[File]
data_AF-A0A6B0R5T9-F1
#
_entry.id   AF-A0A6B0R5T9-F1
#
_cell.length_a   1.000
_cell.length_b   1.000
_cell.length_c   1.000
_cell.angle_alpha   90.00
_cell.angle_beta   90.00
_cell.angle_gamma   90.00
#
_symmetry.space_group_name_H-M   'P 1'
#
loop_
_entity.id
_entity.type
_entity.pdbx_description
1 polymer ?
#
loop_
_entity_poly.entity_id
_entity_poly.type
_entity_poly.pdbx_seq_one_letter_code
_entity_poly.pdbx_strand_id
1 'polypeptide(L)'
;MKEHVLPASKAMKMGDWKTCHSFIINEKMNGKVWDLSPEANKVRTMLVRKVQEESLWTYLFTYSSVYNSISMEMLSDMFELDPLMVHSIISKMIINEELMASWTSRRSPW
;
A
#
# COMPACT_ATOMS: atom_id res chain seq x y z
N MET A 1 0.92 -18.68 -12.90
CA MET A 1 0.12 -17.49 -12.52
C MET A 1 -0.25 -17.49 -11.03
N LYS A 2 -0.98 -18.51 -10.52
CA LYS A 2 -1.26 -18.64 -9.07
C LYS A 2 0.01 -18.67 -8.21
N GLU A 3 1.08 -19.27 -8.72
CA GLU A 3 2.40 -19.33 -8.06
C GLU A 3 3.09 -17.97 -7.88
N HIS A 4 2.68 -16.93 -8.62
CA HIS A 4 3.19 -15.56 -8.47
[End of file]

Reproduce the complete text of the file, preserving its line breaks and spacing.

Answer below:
data_AF-A0A6B0R5T9-F1
#
_entry.id   AF-A0A6B0R5T9-F1
#
_cell.length_a   1.000
_cell.length_b   1.000
_cell.length_c   1.000
_cell.angle_alpha   90.00
_cell.angle_beta   90.00
_cell.angle_gamma   90.00
#
_symmetry.space_group_name_H-M   'P 1'
#
loop_
_entity.id
_entity.type
_entity.pdbx_description
1 polymer ?
#
loop_
_entity_poly.entity_id
_entity_poly.type
_entity_poly.pdbx_seq_one_letter_code
_entity_poly.pdbx_strand_id
1 'polypeptide(L)'
;MKEHVLPASKAMKMGDWKTCHSFIINEKMNGKVWDLSPEANKVRTMLVRKVQEESLWTYLFTYSSVYNSISMEMLSDMFELDPLMVHSIISKMIINEELMASWTSRRSPW
;
A
#
# COMPACT_ATOMS: atom_id res chain seq x y z
N MET A 1 0.92 -18.68 -12.90
CA MET A 1 0.12 -17.49 -12.52
C MET A 1 -0.25 -17.49 -11.03
N LYS A 2 -0.98 -18.51 -10.52
CA LYS A 2 -1.26 -18.64 -9.07
C LYS A 2 0.01 -18.67 -8.21
N GLU A 3 1.08 -19.27 -8.72
CA GLU A 3 2.40 -19.33 -8.06
C GLU A 3 3.09 -17.97 -7.88
N HIS A 4 2.68 -16.93 -8.62
CA HIS A 4 3.19 -15.56 -8.47